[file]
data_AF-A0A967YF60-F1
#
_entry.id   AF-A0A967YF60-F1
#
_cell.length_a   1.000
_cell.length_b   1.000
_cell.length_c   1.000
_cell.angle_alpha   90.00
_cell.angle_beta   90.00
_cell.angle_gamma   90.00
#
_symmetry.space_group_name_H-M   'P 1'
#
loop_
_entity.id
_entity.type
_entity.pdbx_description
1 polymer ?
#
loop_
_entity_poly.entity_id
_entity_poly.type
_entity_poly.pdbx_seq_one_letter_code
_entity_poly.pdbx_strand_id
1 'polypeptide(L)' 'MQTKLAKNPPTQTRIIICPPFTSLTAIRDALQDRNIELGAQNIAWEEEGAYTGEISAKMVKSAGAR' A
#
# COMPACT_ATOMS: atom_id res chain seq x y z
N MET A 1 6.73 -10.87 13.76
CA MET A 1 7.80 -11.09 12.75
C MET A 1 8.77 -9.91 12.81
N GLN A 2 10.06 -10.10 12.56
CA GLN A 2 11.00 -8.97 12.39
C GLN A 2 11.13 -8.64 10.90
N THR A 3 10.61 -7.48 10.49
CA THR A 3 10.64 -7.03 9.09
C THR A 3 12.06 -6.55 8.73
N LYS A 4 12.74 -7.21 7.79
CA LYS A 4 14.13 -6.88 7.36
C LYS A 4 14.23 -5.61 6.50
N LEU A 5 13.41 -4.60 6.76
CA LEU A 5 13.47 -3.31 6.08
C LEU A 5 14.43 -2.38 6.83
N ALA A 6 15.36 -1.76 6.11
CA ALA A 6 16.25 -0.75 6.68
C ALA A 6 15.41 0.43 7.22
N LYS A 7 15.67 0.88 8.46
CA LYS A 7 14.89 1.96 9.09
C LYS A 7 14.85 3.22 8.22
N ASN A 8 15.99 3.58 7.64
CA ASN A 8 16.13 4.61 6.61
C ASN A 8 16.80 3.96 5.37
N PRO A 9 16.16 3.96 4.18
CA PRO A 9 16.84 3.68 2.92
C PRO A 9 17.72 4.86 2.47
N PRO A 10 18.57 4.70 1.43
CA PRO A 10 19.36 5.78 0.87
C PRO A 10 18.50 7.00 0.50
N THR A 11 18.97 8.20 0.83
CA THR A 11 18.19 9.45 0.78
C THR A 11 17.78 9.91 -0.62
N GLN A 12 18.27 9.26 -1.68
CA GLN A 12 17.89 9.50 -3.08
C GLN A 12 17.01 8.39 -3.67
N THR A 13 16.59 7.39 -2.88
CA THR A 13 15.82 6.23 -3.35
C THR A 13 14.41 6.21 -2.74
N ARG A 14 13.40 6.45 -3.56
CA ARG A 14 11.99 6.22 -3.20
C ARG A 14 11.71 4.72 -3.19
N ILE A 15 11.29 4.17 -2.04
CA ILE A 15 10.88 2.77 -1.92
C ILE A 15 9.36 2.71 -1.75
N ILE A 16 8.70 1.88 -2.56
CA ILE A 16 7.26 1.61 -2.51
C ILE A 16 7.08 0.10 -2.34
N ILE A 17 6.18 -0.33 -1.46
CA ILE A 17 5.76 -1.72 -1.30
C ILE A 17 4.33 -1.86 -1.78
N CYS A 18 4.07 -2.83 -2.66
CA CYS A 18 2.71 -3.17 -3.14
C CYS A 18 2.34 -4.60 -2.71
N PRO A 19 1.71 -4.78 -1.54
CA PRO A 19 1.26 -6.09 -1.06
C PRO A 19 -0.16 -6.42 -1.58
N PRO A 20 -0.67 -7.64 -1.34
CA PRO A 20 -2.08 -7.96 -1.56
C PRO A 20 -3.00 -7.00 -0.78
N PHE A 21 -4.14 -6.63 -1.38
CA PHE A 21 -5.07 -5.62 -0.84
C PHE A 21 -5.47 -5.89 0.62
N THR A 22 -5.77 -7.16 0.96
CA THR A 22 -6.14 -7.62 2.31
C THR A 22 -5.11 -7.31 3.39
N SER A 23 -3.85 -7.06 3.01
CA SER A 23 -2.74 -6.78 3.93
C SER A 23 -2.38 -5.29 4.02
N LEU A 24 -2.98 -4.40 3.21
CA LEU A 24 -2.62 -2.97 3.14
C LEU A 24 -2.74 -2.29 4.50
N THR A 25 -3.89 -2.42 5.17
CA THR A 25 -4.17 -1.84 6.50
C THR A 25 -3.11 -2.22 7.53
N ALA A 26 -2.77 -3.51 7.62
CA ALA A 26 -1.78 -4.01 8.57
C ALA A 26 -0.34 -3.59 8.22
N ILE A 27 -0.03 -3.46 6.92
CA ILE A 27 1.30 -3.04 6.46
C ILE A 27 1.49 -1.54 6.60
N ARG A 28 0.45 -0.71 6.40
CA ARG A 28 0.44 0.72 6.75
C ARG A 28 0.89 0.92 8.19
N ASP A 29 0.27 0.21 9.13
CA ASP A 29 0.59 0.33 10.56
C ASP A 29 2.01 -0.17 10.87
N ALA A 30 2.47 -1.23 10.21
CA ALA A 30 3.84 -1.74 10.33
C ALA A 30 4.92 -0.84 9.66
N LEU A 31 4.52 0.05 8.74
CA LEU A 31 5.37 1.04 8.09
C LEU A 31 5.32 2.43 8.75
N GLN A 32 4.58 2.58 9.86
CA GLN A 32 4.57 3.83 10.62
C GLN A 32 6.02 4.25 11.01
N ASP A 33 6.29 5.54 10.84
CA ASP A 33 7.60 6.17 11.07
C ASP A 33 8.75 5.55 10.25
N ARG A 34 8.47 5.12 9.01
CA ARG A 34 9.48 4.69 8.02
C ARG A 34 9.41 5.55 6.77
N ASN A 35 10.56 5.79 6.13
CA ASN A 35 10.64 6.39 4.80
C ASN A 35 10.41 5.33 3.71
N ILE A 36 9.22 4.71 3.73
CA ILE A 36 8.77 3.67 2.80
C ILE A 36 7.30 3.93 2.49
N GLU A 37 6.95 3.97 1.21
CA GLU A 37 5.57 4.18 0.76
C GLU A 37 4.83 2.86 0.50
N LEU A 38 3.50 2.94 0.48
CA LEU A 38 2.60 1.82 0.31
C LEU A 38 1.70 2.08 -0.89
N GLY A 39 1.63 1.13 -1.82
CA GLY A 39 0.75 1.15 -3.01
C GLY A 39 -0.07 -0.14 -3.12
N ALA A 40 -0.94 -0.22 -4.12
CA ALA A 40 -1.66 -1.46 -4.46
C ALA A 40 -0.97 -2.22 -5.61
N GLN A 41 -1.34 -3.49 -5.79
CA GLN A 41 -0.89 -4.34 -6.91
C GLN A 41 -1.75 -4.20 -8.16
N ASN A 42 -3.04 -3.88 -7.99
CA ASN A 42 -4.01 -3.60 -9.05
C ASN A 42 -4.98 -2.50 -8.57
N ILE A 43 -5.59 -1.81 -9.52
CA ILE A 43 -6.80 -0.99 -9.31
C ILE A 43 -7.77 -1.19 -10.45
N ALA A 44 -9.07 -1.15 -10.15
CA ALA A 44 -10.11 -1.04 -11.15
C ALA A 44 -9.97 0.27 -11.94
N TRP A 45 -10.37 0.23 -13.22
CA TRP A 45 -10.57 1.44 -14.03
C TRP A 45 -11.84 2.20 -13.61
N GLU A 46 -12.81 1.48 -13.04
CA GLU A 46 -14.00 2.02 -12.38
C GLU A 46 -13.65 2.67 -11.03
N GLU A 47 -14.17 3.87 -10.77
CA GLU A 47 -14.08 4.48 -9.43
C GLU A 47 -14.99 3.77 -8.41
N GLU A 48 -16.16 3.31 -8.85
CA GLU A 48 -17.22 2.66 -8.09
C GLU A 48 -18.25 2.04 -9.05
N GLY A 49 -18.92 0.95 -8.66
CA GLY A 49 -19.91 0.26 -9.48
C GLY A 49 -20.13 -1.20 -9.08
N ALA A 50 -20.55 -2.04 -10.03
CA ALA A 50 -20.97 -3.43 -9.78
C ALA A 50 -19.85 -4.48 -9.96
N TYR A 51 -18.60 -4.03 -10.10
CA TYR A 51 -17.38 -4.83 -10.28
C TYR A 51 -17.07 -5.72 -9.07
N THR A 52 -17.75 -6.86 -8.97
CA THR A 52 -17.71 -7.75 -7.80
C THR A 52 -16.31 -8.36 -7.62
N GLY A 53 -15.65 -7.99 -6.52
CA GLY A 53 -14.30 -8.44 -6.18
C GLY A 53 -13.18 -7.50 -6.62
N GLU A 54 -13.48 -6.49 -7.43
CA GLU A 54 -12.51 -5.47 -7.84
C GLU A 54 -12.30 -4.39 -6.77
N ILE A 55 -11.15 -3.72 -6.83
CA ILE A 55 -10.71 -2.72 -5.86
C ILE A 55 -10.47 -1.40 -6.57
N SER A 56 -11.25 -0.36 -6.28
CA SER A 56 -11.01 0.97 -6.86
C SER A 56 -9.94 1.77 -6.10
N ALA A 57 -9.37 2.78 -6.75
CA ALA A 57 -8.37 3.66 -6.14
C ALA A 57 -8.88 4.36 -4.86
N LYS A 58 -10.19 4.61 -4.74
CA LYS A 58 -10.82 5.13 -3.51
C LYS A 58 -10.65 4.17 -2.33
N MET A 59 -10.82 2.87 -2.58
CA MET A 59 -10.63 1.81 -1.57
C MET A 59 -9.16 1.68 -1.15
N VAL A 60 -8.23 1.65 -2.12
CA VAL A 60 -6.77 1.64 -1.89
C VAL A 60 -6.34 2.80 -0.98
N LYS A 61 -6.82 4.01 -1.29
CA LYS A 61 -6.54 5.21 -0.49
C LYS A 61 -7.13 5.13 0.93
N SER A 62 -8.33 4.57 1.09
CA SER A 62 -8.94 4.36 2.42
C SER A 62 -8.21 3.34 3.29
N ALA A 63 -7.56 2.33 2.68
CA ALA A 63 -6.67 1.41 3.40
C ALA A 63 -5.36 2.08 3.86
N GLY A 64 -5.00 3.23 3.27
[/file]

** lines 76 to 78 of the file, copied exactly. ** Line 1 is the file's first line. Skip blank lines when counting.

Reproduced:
N ILE A 17 6.18 -0.33 -1.46
CA ILE A 17 5.76 -1.72 -1.30
C ILE A 17 4.33 -1.86 -1.78